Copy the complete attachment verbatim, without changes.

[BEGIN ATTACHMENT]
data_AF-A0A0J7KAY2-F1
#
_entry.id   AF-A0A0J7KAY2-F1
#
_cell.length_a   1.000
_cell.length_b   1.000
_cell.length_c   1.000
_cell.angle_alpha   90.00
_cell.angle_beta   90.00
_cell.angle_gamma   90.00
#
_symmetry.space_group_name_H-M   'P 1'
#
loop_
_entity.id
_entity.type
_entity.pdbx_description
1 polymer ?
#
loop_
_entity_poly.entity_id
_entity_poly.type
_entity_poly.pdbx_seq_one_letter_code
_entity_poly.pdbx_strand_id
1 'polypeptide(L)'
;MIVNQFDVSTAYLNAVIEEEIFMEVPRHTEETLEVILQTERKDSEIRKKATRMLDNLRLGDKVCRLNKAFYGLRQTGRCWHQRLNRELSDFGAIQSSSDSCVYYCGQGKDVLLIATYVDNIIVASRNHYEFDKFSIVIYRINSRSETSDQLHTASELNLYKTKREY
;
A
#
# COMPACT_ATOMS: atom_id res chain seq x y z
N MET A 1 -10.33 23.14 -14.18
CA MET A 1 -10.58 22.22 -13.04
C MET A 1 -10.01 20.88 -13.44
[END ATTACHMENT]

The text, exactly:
data_AF-A0A0J7KAY2-F1
#
_entry.id   AF-A0A0J7KAY2-F1
#
_cell.length_a   1.000
_cell.length_b   1.000
_cell.length_c   1.000
_cell.angle_alpha   90.00
_cell.angle_beta   90.00
_cell.angle_gamma   90.00
#
_symmetry.space_group_name_H-M   'P 1'
#
loop_
_entity.id
_entity.type
_entity.pdbx_description
1 polymer ?
#
loop_
_entity_poly.entity_id
_entity_poly.type
_entity_poly.pdbx_seq_one_letter_code
_entity_poly.pdbx_strand_id
1 'polypeptide(L)'
;MIVNQFDVSTAYLNAVIEEEIFMEVPRHTEETLEVILQTERKDSEIRKKATRMLDNLRLGDKVCRLNKAFYGLRQTGRCWHQRLNRELSDFGAIQSSSDSCVYYCGQGKDVLLIATYVDNIIVASRNHYEFDKFSIVIYRINSRSETSDQLHTASELNLYKTKREY
;
A
#
# COMPACT_ATOMS: atom_id res chain seq x y z
N MET A 1 -10.33 23.14 -14.18
CA MET A 1 -10.58 22.22 -13.04
C MET A 1 -10.01 20.88 -13.44